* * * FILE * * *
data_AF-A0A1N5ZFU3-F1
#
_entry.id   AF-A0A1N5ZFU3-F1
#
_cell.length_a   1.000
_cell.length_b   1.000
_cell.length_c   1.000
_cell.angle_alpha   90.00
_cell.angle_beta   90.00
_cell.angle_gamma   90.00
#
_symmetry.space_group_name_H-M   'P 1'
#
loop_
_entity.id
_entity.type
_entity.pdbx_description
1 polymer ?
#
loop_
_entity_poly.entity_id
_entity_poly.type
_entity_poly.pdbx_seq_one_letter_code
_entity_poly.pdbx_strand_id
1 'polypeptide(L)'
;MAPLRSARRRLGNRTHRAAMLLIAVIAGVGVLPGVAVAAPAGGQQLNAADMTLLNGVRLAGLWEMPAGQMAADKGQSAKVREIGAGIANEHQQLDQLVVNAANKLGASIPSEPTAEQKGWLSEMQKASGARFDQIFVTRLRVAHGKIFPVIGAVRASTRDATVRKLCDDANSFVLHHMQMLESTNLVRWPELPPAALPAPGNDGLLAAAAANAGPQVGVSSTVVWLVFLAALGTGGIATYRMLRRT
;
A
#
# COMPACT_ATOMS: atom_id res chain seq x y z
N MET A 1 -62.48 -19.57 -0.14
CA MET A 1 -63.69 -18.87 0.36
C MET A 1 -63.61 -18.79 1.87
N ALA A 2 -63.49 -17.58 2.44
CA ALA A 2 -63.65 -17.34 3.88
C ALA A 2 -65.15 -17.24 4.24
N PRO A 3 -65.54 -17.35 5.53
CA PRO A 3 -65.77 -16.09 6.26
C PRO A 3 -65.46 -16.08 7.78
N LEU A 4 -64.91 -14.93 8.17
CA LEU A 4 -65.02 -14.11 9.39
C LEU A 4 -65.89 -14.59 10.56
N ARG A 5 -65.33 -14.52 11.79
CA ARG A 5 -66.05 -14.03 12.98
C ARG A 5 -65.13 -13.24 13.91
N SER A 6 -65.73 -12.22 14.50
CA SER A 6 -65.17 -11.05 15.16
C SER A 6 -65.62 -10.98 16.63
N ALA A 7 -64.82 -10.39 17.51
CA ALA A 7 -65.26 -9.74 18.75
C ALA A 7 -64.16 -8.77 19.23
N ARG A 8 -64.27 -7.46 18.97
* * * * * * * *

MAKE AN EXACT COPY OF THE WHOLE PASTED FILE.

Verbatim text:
data_AF-A0A1N5ZFU3-F1
#
_entry.id   AF-A0A1N5ZFU3-F1
#
_cell.length_a   1.000
_cell.length_b   1.000
_cell.length_c   1.000
_cell.angle_alpha   90.00
_cell.angle_beta   90.00
_cell.angle_gamma   90.00
#
_symmetry.space_group_name_H-M   'P 1'
#
loop_
_entity.id
_entity.type
_entity.pdbx_description
1 polymer ?
#
loop_
_entity_poly.entity_id
_entity_poly.type
_entity_poly.pdbx_seq_one_letter_code
_entity_poly.pdbx_strand_id
1 'polypeptide(L)'
;MAPLRSARRRLGNRTHRAAMLLIAVIAGVGVLPGVAVAAPAGGQQLNAADMTLLNGVRLAGLWEMPAGQMAADKGQSAKVREIGAGIANEHQQLDQLVVNAANKLGASIPSEPTAEQKGWLSEMQKASGARFDQIFVTRLRVAHGKIFPVIGAVRASTRDATVRKLCDDANSFVLHHMQMLESTNLVRWPELPPAALPAPGNDGLLAAAAANAGPQVGVSSTVVWLVFLAALGTGGIATYRMLRRT
;
A
#
# COMPACT_ATOMS: atom_id res chain seq x y z
N MET A 1 -62.48 -19.57 -0.14
CA MET A 1 -63.69 -18.87 0.36
C MET A 1 -63.61 -18.79 1.87
N ALA A 2 -63.49 -17.58 2.44
CA ALA A 2 -63.65 -17.34 3.88
C ALA A 2 -65.15 -17.24 4.24
N PRO A 3 -65.54 -17.35 5.53
CA PRO A 3 -65.77 -16.09 6.26
C PRO A 3 -65.46 -16.08 7.78
N LEU A 4 -64.91 -14.93 8.17
CA LEU A 4 -65.02 -14.11 9.39
C LEU A 4 -65.89 -14.59 10.56
N ARG A 5 -65.33 -14.52 11.79
CA ARG A 5 -66.05 -14.03 12.98
C ARG A 5 -65.13 -13.24 13.91
N SER A 6 -65.73 -12.22 14.50
CA SER A 6 -65.17 -11.05 15.16
C SER A 6 -65.62 -10.98 16.63
N ALA A 7 -64.82 -10.39 17.51
CA ALA A 7 -65.26 -9.74 18.75
C ALA A 7 -64.16 -8.77 19.23
N ARG A 8 -64.27 -7.46 18.97